» that year
» springtime comes
» turn our prayers to outrageous dares
» every day is dreamlike
» it's been a while

Saturday, June 17, 2017

long shot

Use it or lose it -- and I need to maintain my editing skills now more than ever. Though I'm lagging, it's never too late for Aimee Mann at the Fillmore.

Aimee Mann, the Fillmore, May 12, 2017: Aimee Mann's records kind of sneak up on me. Mind you, she's my favorite lyricist, but her arrangements and production haven't soared to the same heights as I enjoyed in the past. But often a few years after their release, her albums are on my mind again, and this tour was no different. I've dived back into Lost in Space and The Forgotten Arm, and they haven't disappointed. Lost in Space, especially, is so beautifully crafted and a pleasure to rediscover. At this rate, it may take me a few more listens to truly appreciate Mental Illness, though that's more a comment on my attention span than on Aimee's skills.

The changes from tour to tour and album to album are subtle, but Aimee has a way of building on each iteration of her career. Mental Illness is notable for Jonathan Coulton's contributions, and if you've paid attention to Aimee's career, you know he was in the cast of her last round of Christmas shows. On this record, he co-wrote a few songs, including one in which he purposely tried to mimic Aimee's tone, starting from the very first line -- which Aimee took as a compliment and an insult. Otherwise, Aimee's band remained the same, though I didn't recognize the drummer.

The show somewhat favored Aimee's new record, but I was more struck by the old singles and album cuts she chose. In fact, she opened with a couple of classics: "4th of July" and "Little Bombs," both of which I happen to love. She sort of sprinkled the newer tracks among the older tunes, and only now has it hit me that it probably had to do with bringing Jonathan Coulton into the show (more on that later).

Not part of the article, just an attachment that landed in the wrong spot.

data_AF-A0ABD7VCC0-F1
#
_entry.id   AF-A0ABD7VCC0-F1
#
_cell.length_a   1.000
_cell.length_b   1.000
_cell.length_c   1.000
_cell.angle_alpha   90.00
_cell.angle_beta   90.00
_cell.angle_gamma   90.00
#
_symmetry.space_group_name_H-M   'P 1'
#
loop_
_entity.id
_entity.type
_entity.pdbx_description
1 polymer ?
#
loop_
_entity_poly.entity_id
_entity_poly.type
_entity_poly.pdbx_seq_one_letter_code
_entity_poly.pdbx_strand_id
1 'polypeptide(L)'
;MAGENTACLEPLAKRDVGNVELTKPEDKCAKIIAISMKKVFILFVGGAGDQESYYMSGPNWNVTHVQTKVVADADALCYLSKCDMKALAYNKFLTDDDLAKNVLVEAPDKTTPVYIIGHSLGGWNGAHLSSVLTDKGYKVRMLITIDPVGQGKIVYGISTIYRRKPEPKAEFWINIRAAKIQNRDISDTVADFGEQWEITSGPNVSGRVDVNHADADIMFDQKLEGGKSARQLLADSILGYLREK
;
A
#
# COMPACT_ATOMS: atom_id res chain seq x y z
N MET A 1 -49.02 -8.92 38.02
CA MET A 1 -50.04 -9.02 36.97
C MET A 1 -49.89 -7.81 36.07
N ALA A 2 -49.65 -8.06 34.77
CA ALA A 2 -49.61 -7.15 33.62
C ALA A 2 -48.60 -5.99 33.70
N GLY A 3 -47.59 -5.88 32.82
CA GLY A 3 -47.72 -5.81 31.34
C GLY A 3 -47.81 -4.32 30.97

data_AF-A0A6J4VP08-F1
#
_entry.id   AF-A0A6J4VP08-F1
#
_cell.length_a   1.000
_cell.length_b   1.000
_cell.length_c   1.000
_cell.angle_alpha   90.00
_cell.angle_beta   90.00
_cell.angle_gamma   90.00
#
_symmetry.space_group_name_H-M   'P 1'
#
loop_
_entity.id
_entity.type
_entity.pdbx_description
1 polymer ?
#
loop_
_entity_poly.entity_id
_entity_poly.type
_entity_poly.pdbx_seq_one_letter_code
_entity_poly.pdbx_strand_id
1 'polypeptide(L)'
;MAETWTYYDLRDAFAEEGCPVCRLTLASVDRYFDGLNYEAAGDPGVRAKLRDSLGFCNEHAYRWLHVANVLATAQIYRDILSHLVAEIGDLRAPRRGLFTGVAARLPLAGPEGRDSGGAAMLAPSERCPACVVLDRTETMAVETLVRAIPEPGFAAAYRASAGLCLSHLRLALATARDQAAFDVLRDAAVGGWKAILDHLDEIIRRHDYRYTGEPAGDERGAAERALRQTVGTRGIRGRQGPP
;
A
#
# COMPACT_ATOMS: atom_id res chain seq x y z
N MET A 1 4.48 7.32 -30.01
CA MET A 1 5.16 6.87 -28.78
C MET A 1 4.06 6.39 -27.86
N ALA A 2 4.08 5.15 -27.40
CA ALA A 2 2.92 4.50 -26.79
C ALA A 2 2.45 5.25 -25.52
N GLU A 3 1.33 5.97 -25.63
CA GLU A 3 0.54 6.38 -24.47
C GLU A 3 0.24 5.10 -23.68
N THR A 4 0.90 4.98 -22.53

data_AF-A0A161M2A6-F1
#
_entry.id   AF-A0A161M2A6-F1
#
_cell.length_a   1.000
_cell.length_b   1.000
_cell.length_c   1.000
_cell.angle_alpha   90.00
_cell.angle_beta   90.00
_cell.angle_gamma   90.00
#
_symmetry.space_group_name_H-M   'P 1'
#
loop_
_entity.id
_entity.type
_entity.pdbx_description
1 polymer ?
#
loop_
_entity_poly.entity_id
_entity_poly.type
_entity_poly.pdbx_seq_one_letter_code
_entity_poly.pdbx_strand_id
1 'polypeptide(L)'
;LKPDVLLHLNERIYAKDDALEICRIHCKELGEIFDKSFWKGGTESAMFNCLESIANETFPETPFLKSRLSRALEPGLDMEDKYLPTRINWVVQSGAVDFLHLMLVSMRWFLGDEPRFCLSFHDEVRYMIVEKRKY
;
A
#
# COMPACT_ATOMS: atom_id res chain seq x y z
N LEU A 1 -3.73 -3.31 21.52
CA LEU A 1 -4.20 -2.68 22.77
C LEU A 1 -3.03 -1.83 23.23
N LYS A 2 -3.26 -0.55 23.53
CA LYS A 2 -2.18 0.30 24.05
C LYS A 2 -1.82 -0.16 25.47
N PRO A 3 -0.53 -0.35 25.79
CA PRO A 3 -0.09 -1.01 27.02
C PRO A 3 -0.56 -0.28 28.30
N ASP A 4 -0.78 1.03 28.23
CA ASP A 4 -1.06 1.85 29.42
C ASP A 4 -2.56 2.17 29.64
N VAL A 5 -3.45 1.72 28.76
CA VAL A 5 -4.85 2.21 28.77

Aimee Mann, the Fillmore, 5/12/17

Nonetheless, the selections from her back catalog were stellar. I could go on about the older tracks all day, but I'll single out three: "Humpty Dumpty" because as soon as they struck the opening notes, I realized it had been in in my head for the previous week and my subconscious had been yearning for it; "Long Shot" because it's so rare on her setlists; and "Deathly" because it's often overshadowed by more famous tracks from Bachelor No. 2, and it has my absolute favorite backing vocal (read: Jon Brion) on all of her songs. OK, consolation prize goes to "The Moth," another dirge dressed up in pop splendor from Lost in Space.

Jonathan Coulton joined the band for a good section of songs on the new album and to chat with Aimee. It's no surprise that they get along so well as two of the brainier songwriters around. Aimee has come a long way from her self-proclaimed awkward early days; her dry wit is a treat if you can keep up. Aimee had joined Jonathan during his opening set for a few songs and to remind everyone that her label was releasing his new album. Hey, we all gotta pay the bills, but it's gotta be nice if you can do it with friends.

The concert drove me to the perfect outcome: I've been reacquainting myself with Aimee's records -- I mean, more than usual -- and guess what? They're fantastic! Thanks, Aimee, for framing our darker thoughts in the shiniest chords.

See also:
» winter wonderland

Thursday, June 01, 2017

someone's gotta help me dig

This blog bears witness to my adventures in rock tourism, but believe it or not, I have a lot more wisdom and knowledge (hahahahaha) from life on the road that I can't share in written form. However, I now get to impart some of these pearls to my best friend, as she has contracted the same condition. Thus, we both made our way to Humphreys by the Bay in San Diego for Father John Misty, ahead of his Coachella appearances.